Archive for the ‘Contractors’ Category
This past weekend I got to spend some time working at the Portland Home Improvement & Remodeling show which is put on by the Oregon Remodelers Association (ORA). I was graciously asked to hang with my buddies Allen, Chris and Chad from Cornerstone Builders, Inc who (not so subtly) reminded me that it’s been far too long since my last blog entry!
Cornerstone has been around since 2003 and they build everything – from remodels and additions, to new homes. I met Allen Tankersly (Owner) at an ORA meeting about this time last year and we’ve worked together on several projects, including the update of his own office space and his showroom’s kitchen vignette. Just waiting on Allen to actually implement my beautiful design so I can show you the pictures!
I also helped Cornerstone recently with a whole house remodel in Tualatin, more specifically, the kitchen and master bathroom. Check out these photos for the complete transformation…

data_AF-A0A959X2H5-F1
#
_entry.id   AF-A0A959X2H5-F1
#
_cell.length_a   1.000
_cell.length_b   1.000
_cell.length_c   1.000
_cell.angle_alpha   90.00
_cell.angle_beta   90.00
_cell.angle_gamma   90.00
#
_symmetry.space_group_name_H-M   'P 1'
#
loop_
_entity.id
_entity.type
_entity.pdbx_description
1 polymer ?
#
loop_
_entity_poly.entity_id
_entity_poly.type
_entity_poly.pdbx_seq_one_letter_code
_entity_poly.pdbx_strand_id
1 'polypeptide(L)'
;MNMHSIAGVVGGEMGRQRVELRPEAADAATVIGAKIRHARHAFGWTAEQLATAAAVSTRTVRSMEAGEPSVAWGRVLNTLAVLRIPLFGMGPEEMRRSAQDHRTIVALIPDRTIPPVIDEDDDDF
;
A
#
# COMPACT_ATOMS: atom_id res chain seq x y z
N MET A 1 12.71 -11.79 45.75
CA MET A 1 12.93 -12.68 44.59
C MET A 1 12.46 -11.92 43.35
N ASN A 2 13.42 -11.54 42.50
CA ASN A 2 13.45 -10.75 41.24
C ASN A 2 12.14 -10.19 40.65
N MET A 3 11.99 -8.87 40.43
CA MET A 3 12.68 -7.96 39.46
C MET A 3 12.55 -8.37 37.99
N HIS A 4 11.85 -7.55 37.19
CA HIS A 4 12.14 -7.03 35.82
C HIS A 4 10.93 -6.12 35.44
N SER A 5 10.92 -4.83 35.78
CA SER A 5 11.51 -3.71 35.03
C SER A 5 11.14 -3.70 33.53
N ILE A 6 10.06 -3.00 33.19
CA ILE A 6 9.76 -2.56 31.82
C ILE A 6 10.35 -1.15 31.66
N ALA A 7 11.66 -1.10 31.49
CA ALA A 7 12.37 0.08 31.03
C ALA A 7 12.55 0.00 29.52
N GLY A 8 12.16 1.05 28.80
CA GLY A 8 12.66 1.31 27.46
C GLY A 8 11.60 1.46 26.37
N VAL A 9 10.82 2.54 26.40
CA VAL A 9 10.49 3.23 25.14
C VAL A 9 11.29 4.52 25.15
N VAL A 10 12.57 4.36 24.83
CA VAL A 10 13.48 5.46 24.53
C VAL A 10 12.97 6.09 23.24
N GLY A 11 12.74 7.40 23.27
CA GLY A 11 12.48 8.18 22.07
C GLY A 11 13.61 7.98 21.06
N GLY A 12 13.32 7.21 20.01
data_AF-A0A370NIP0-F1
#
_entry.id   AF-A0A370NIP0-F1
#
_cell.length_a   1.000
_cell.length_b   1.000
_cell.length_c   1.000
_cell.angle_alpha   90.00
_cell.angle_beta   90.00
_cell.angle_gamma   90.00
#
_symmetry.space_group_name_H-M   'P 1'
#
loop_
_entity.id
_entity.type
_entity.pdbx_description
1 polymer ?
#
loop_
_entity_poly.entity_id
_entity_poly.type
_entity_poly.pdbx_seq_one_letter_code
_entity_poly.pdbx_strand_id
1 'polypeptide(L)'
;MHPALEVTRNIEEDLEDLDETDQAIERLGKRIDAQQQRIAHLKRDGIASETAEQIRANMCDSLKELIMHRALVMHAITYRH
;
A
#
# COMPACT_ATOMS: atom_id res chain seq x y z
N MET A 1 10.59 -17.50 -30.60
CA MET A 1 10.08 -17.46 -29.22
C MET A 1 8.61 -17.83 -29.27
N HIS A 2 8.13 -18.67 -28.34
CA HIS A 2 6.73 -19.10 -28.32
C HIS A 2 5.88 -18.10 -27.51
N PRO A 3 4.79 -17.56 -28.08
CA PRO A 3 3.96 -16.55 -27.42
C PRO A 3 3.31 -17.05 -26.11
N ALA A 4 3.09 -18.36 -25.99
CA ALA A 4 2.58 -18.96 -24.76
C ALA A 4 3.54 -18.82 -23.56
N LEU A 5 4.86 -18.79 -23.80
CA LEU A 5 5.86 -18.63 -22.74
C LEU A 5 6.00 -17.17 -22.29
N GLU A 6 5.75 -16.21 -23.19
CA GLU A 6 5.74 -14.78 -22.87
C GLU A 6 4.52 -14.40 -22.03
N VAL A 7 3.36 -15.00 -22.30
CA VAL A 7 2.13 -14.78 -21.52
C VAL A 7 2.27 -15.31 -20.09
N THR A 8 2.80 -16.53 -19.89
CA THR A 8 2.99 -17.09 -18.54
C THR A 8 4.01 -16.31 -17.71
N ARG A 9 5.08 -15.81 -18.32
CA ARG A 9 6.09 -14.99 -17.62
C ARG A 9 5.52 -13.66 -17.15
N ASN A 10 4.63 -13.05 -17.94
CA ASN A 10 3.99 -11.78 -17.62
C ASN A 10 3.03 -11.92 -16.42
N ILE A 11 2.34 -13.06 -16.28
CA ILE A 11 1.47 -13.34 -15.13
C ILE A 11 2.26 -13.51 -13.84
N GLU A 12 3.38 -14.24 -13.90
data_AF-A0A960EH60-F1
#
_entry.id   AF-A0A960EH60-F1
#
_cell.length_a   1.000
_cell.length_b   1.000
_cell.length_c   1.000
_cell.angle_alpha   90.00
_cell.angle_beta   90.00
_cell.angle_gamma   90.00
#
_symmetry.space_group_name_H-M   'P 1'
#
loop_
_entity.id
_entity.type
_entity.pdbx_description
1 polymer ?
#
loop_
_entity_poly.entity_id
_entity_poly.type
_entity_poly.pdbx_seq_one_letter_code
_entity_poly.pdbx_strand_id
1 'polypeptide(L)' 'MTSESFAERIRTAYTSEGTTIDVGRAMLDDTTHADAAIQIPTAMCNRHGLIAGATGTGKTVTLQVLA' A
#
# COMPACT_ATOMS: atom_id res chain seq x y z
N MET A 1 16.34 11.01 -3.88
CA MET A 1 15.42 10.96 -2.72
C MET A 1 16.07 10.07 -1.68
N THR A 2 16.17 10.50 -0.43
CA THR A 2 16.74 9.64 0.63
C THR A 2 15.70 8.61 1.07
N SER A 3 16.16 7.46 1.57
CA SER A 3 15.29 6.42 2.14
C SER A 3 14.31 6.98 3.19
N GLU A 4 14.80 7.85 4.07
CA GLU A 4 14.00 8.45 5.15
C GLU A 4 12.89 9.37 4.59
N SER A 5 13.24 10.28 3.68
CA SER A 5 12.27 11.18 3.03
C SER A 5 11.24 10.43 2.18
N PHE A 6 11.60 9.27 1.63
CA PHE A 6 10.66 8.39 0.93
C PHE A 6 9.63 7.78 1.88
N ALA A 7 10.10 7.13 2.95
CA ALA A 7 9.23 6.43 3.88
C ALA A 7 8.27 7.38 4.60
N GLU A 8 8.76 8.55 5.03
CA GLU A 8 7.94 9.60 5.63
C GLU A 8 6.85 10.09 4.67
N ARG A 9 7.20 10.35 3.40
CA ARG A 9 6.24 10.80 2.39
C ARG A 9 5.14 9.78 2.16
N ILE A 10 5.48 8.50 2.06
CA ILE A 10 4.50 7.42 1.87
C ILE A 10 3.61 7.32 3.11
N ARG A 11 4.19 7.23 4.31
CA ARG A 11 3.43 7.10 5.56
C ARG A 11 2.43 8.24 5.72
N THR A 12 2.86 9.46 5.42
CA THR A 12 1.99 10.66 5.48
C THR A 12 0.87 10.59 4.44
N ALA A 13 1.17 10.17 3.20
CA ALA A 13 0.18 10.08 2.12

Here’s the kitchen before…
Here’s how the master bathroom turned out. Note: Allen obviously didn’t ask my advice about the blue towels…
One thing was apparent at the show this weekend – remodeling is alive and well in Portland. With the housing market and the economy having been weak in recent years folks are focusing their energies and investments on making their current homes more beautiful than ever. That’s the way it should be! Why should anyone wait until they put their house on the market to make it their dream home?